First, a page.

Breathing Life into Lung Transplant Research!

Timeline

Overview | History | Timeline


1954

The first renal transplant is performed in a pair of identical twins. Twins share the same genetic make-up, so immunosuppression is not necessary.

1963

The first lung transplant is performed by Dr. James D. Hardy of the University of Mississippi in Jackson, Mississippi. The patient survives for 18 days.

1967

The first successful liver and heart transplants are performed using corticosteroids and Azathioprine.

1983

The first successful single lung transplant is performed by Dr. Joel Cooper of the Toronto Lung Transplant Group of Toronto General Hospital (now part of the University Health Network). The procedure is performed on 58-year-old Tom Hall, who suffers from pulmonary fibrosis. Hall lives for more than seven years before dying of kidney failure.

Late 1980s/Early 1990s

Since first beginning as a procedure aimed at treating Idiopathic Pulmonary Fibrosis (IPF), lung transplantation is found to be an effective therapy for other advanced lung diseases, such as Cystic Fibrosis (CF) and Emphysema.

1990

The first successful living-related lung transplant is performed by Dr. Vaughn A. Starnes at Stanford University Medical Center in Palo Alto, California. He transplants the lobe of one lung from an adult female into the woman’s 12-year-old daughter.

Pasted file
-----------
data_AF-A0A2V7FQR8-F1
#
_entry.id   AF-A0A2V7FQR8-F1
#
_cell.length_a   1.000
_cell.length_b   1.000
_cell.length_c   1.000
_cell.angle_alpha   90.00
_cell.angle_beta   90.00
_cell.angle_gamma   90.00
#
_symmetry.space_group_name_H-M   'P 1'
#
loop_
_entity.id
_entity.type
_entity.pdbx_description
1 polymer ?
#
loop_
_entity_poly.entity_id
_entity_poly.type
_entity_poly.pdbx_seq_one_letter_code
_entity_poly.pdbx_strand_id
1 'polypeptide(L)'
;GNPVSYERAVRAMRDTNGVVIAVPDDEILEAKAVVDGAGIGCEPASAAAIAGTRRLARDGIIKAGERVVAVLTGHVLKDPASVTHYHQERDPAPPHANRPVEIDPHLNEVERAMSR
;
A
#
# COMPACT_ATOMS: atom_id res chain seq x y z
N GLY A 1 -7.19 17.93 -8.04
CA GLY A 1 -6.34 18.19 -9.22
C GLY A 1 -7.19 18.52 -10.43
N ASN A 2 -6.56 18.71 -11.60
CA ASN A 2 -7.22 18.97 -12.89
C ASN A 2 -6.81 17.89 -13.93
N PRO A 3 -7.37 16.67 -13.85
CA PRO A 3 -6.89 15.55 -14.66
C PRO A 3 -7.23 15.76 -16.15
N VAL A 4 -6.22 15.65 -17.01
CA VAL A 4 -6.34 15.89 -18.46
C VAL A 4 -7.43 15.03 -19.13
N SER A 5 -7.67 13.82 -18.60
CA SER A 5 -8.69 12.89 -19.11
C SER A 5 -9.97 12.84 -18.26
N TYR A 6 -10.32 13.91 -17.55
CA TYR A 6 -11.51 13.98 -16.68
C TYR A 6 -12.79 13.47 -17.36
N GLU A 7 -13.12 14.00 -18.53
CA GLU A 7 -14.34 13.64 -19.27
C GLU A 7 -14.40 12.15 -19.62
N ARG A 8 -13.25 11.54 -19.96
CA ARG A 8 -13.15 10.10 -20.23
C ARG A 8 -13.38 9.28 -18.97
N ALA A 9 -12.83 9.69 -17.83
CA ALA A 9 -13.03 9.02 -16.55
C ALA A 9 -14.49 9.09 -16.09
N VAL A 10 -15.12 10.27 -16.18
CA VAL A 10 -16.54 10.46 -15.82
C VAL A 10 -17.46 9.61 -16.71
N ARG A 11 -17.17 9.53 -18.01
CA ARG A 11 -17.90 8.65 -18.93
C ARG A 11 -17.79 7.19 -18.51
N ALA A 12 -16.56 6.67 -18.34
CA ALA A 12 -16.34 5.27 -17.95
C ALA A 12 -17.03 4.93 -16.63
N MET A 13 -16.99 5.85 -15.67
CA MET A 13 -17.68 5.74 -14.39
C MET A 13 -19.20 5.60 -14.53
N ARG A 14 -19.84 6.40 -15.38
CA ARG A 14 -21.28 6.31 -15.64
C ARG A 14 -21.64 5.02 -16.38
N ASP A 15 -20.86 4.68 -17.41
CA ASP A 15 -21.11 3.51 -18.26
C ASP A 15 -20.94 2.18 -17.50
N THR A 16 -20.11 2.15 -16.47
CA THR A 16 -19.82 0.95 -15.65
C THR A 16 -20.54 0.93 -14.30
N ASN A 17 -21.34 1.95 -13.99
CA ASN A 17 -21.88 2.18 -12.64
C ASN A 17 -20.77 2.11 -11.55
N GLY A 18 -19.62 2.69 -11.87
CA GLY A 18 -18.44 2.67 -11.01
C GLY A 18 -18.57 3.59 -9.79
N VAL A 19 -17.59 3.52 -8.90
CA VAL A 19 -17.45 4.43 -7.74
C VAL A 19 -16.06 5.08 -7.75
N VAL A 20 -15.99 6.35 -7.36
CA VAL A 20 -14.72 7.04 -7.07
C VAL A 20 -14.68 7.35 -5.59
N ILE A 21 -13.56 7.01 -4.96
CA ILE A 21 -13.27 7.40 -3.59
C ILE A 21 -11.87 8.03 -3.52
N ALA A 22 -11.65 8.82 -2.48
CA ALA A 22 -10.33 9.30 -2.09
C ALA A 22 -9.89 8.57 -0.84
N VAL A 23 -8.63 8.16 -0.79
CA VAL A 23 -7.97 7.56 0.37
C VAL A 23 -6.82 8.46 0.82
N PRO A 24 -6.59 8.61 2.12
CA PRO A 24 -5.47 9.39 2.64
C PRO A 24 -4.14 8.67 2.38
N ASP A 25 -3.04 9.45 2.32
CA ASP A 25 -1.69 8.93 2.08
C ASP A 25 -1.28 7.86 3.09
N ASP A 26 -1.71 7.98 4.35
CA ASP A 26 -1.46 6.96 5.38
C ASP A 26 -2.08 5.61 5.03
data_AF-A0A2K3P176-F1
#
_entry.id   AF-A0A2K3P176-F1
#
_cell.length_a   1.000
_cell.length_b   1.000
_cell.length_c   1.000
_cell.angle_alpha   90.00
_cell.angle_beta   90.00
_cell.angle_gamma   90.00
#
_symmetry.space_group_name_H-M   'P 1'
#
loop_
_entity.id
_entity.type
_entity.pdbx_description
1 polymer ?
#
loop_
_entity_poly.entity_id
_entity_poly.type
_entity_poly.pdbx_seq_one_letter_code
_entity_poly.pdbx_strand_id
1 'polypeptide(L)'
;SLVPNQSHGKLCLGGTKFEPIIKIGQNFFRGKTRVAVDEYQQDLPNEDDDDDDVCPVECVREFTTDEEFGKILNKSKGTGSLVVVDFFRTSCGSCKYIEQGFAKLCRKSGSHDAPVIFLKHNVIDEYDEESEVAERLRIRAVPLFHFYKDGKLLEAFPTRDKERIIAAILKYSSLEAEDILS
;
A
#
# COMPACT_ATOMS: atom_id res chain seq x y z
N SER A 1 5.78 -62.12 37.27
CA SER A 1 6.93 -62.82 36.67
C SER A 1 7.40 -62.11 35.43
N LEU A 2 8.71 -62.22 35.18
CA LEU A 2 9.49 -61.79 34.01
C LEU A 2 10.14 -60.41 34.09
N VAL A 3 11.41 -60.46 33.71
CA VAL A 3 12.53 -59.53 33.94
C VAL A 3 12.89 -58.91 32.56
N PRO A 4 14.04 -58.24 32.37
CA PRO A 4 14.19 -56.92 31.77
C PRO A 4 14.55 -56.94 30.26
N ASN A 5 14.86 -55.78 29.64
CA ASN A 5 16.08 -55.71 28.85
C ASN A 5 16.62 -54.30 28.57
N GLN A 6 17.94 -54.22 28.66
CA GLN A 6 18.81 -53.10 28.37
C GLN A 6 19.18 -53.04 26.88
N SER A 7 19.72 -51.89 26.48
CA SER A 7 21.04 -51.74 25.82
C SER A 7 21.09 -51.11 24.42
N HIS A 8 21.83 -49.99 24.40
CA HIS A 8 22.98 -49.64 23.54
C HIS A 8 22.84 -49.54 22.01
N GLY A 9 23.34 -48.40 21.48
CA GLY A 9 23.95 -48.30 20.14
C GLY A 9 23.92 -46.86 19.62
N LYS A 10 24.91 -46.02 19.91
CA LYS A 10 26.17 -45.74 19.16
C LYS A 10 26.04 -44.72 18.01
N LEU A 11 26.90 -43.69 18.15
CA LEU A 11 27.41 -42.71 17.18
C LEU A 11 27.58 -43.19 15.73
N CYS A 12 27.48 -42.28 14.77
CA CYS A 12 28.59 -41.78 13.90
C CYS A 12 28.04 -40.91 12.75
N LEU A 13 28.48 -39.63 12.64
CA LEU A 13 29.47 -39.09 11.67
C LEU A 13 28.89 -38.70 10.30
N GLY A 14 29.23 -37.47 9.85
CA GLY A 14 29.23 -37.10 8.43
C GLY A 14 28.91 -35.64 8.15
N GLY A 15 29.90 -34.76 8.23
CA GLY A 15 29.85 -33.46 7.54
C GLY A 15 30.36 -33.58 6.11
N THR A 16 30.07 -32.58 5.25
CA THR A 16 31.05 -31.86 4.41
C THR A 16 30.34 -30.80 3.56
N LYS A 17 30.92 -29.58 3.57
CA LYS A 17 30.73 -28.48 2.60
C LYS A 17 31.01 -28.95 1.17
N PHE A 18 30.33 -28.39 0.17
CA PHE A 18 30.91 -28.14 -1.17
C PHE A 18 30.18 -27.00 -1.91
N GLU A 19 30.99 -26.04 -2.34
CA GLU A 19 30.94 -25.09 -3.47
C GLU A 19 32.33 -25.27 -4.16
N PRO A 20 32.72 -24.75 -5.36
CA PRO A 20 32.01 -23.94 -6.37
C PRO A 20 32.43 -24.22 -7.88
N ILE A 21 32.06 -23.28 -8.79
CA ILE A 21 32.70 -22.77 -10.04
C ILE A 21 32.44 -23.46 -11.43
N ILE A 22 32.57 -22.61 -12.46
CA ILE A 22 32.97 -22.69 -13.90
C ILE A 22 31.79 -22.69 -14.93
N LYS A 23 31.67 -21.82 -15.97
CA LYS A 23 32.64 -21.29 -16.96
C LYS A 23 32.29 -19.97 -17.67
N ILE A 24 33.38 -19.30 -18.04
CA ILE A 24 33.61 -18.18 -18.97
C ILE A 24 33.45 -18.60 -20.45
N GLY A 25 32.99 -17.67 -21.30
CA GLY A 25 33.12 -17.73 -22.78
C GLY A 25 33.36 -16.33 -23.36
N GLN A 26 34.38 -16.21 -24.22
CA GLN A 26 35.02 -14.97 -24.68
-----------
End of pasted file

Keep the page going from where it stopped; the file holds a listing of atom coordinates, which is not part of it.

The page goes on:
Early 2000s

Bilateral lung transplants emerge as more common than single lung transplants after outcomes show greater long-term survival rates with bilateral transplants.

May 2005

The United Network for Organ Sharing (UNOS) changed how lungs are allocated to potential recipients. Instead of organs being allocated strictly on how long potential recipients have been on the transplant list, organs are allocated based on a variety of factors including the urgency of need of potential recipients.

June 2008

At the Hospital Clinic in Barcelona, Spain, Professor Paolo Macchiarini of the University of Barcelona performs the first tissue-engineered airway transplant, using a seven-centimeter tracheal segment donated by a 51-year-old who died of a cerebral hemorrhage and the recipient’s own stem cells to replace the recipient’s lower trachea and left bronchus.


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